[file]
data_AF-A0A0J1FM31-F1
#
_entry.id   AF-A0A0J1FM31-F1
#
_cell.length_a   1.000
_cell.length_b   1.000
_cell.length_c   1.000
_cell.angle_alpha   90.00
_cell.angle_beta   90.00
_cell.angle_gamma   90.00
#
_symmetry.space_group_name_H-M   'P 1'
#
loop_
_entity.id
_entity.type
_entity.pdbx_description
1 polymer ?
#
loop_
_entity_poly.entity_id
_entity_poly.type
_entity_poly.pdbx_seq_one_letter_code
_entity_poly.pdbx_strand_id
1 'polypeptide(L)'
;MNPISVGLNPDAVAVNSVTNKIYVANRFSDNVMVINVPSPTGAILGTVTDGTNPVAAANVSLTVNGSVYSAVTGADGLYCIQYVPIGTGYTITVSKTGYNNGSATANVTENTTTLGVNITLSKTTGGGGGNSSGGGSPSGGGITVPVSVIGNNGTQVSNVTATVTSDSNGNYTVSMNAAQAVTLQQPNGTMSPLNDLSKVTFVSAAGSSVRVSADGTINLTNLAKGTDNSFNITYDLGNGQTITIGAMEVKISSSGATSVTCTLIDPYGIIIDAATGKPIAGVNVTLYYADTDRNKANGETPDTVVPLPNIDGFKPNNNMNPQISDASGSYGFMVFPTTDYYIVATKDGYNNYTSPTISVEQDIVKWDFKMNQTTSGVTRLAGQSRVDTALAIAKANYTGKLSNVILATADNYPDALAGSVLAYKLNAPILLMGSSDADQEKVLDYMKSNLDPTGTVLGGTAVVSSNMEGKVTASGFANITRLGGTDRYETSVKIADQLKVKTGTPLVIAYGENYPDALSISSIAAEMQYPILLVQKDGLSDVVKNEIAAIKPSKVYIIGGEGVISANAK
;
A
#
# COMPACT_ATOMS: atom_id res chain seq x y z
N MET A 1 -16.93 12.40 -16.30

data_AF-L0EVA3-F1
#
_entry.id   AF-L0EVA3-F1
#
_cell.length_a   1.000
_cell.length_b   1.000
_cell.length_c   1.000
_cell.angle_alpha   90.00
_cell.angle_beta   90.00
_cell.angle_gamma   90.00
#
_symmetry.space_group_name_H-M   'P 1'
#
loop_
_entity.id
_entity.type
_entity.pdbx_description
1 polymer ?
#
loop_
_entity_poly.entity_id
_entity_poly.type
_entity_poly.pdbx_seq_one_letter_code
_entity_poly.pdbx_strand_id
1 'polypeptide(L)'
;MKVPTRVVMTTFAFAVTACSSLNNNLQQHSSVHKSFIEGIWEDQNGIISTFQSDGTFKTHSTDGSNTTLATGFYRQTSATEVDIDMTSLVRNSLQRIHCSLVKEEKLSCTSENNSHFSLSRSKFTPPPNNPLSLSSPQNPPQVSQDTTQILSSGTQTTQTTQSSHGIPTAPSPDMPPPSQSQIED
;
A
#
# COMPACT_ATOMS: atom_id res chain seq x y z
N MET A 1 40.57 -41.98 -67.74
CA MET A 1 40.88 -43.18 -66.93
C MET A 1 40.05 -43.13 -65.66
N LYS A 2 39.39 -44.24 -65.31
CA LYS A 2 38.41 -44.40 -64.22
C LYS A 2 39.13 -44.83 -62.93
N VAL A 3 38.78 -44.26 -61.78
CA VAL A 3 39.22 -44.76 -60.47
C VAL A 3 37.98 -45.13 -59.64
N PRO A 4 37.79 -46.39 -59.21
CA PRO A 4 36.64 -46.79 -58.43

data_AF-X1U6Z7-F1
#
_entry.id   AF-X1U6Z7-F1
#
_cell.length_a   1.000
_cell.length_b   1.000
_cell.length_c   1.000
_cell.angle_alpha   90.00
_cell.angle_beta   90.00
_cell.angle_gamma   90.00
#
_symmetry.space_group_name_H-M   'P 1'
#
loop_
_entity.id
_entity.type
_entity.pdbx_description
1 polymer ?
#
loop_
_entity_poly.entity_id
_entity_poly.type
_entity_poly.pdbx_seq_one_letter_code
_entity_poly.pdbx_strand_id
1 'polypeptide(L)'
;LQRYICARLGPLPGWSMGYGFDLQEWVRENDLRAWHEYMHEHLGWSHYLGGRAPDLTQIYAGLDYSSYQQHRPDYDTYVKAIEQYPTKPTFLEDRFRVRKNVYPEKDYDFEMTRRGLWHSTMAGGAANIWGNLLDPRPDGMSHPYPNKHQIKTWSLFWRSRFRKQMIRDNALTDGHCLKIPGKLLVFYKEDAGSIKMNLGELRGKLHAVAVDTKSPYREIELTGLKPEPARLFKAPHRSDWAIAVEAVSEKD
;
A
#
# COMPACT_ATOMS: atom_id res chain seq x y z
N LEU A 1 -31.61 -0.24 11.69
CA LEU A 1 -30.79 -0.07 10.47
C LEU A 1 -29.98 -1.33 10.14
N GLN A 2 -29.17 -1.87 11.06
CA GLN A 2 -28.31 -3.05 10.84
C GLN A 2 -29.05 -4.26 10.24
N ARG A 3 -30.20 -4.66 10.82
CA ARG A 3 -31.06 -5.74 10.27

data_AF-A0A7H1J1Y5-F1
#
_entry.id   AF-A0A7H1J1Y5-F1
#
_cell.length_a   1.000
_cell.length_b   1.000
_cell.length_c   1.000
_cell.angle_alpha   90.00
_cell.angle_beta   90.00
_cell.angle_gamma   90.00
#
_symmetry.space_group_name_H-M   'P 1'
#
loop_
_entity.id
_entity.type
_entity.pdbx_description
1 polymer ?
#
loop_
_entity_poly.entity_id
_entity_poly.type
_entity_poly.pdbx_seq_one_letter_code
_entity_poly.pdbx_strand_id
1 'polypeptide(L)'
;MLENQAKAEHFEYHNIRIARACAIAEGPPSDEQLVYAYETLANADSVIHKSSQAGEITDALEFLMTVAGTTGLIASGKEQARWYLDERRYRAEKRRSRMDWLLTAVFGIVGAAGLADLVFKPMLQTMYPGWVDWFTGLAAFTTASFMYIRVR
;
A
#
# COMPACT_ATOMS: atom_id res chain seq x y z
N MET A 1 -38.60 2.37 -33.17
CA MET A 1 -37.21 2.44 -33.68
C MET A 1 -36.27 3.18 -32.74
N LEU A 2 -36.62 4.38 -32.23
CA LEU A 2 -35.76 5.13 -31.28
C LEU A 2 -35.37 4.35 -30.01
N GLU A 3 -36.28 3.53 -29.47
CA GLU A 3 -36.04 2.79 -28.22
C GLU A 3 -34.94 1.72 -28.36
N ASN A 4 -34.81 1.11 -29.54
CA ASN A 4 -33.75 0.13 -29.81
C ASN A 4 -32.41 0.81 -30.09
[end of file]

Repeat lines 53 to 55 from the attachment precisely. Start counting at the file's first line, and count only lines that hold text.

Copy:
_entity_poly.type
_entity_poly.pdbx_seq_one_letter_code
_entity_poly.pdbx_strand_id